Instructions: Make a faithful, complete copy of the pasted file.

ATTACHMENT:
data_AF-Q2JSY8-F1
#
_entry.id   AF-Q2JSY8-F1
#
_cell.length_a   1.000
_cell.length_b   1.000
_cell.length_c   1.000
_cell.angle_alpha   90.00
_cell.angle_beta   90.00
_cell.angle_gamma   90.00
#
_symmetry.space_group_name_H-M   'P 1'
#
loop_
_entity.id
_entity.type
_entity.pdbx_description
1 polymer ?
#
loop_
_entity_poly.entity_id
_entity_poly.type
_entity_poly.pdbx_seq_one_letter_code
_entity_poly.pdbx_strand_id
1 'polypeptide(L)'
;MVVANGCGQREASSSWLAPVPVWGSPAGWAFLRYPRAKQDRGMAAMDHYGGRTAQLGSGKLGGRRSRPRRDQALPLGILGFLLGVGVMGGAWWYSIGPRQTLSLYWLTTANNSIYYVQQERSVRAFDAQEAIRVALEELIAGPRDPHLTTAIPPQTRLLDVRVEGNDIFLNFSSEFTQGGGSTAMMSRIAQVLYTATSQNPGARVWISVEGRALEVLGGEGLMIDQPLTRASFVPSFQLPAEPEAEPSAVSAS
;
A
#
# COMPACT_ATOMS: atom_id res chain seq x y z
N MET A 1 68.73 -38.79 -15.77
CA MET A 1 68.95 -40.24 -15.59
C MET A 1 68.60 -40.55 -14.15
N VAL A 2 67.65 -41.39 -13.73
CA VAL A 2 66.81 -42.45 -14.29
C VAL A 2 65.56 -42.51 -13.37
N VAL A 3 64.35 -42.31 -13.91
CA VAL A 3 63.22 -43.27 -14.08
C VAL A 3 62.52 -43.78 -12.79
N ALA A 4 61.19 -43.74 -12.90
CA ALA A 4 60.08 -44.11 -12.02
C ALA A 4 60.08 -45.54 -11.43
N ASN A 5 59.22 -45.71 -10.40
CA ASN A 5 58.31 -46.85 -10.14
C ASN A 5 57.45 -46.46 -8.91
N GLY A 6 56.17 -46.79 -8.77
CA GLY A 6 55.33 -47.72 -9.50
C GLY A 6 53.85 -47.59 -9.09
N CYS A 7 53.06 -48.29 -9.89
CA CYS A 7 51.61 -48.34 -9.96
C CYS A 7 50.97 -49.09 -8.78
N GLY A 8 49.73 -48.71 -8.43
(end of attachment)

data_AF-Q2JSY8-F1
#
_entry.id   AF-Q2JSY8-F1
#
_cell.length_a   1.000
_cell.length_b   1.000
_cell.length_c   1.000
_cell.angle_alpha   90.00
_cell.angle_beta   90.00
_cell.angle_gamma   90.00
#
_symmetry.space_group_name_H-M   'P 1'
#
loop_
_entity.id
_entity.type
_entity.pdbx_description
1 polymer ?
#
loop_
_entity_poly.entity_id
_entity_poly.type
_entity_poly.pdbx_seq_one_letter_code
_entity_poly.pdbx_strand_id
1 'polypeptide(L)'
;MVVANGCGQREASSSWLAPVPVWGSPAGWAFLRYPRAKQDRGMAAMDHYGGRTAQLGSGKLGGRRSRPRRDQALPLGILGFLLGVGVMGGAWWYSIGPRQTLSLYWLTTANNSIYYVQQERSVRAFDAQEAIRVALEELIAGPRDPHLTTAIPPQTRLLDVRVEGNDIFLNFSSEFTQGGGSTAMMSRIAQVLYTATSQNPGARVWISVEGRALEVLGGEGLMIDQPLTRASFVPSFQLPAEPEAEPSAVSAS
;
A
#
# COMPACT_ATOMS: atom_id res chain seq x y z
N MET A 1 68.73 -38.79 -15.77
CA MET A 1 68.95 -40.24 -15.59
C MET A 1 68.60 -40.55 -14.15
N VAL A 2 67.65 -41.39 -13.73
CA VAL A 2 66.81 -42.45 -14.29
C VAL A 2 65.56 -42.51 -13.37
N VAL A 3 64.35 -42.31 -13.91
CA VAL A 3 63.22 -43.27 -14.08
C VAL A 3 62.52 -43.78 -12.79
N ALA A 4 61.19 -43.74 -12.90
CA ALA A 4 60.08 -44.11 -12.02
C ALA A 4 60.08 -45.54 -11.43
N ASN A 5 59.22 -45.71 -10.40
CA ASN A 5 58.31 -46.85 -10.14
C ASN A 5 57.45 -46.46 -8.91
N GLY A 6 56.17 -46.79 -8.77
CA GLY A 6 55.33 -47.72 -9.50
C GLY A 6 53.85 -47.59 -9.09
N CYS A 7 53.06 -48.29 -9.89
CA CYS A 7 51.61 -48.34 -9.96
C CYS A 7 50.97 -49.09 -8.78
N GLY A 8 49.73 -48.71 -8.43